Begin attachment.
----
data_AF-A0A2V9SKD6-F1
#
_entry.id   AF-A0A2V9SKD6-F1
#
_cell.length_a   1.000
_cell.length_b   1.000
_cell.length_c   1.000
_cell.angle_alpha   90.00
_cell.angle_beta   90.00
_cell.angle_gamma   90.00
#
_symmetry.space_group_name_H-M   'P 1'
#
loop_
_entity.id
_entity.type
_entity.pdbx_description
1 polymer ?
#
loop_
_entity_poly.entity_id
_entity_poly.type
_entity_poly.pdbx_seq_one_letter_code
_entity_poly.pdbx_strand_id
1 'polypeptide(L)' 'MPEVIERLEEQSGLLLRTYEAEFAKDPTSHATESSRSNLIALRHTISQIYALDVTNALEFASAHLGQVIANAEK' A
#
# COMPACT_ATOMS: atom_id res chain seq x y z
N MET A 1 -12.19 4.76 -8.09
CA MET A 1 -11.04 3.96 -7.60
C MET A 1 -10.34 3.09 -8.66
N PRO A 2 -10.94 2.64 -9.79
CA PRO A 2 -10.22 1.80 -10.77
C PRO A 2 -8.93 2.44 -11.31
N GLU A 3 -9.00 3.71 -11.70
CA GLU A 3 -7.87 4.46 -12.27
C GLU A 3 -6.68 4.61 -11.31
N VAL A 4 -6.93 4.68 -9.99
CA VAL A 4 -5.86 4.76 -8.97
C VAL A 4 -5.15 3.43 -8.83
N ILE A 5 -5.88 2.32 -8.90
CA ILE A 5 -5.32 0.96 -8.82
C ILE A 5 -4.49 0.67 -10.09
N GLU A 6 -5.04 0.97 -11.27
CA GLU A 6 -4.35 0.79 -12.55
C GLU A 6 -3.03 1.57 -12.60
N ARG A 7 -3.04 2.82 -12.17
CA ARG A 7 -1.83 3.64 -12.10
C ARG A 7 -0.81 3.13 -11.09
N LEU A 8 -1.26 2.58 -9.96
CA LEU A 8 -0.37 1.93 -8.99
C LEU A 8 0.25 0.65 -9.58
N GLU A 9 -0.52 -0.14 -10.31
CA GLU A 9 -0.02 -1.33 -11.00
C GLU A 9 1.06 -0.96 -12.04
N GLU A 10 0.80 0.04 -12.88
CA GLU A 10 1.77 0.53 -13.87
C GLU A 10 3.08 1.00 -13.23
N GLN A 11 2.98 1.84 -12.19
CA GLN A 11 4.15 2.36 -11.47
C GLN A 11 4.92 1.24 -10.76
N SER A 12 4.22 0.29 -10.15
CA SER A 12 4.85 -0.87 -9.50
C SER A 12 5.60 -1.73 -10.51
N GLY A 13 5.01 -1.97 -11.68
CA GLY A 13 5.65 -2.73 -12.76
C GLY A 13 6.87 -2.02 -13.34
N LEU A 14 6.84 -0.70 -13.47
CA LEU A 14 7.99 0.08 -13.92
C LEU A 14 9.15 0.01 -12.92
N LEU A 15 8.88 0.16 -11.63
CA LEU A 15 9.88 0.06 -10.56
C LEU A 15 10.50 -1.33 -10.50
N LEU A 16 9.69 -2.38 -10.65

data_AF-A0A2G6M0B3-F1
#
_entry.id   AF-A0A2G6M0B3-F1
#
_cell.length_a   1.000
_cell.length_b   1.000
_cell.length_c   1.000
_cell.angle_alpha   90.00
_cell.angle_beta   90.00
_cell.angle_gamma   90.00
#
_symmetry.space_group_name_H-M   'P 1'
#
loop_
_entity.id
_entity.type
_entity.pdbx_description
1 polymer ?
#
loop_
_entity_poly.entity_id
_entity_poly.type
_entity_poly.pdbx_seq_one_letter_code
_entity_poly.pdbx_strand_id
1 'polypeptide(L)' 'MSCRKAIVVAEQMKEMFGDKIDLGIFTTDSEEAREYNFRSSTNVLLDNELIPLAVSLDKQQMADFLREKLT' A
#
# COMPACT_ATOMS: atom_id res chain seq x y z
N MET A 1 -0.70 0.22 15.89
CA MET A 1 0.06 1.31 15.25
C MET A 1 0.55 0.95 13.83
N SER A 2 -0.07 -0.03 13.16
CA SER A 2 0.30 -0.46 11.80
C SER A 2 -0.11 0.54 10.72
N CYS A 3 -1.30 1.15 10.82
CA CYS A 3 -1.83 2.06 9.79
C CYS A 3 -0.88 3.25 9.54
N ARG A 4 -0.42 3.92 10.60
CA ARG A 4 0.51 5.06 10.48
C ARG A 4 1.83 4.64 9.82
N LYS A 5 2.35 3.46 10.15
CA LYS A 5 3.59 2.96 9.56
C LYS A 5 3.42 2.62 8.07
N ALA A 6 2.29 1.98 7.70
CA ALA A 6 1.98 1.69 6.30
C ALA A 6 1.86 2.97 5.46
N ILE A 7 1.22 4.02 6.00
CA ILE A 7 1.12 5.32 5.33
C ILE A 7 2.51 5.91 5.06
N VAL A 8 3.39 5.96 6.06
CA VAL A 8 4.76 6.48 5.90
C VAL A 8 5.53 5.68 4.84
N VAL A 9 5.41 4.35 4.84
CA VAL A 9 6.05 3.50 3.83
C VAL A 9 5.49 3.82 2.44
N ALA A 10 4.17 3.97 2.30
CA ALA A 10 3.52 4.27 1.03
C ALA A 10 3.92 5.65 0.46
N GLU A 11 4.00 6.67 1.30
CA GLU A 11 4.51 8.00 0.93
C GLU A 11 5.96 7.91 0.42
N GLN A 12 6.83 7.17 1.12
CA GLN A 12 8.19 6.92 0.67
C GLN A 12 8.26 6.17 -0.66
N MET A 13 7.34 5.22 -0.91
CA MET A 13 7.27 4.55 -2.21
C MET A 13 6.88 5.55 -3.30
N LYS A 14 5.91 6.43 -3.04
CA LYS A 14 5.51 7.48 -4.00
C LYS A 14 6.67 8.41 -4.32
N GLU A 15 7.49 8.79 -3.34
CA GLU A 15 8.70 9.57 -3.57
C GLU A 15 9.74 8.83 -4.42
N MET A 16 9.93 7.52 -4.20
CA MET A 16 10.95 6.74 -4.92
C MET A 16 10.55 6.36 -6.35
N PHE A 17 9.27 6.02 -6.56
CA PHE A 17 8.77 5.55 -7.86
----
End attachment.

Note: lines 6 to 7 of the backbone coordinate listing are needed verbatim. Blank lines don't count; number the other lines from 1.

_cell.length_b   1.000
_cell.length_c   1.000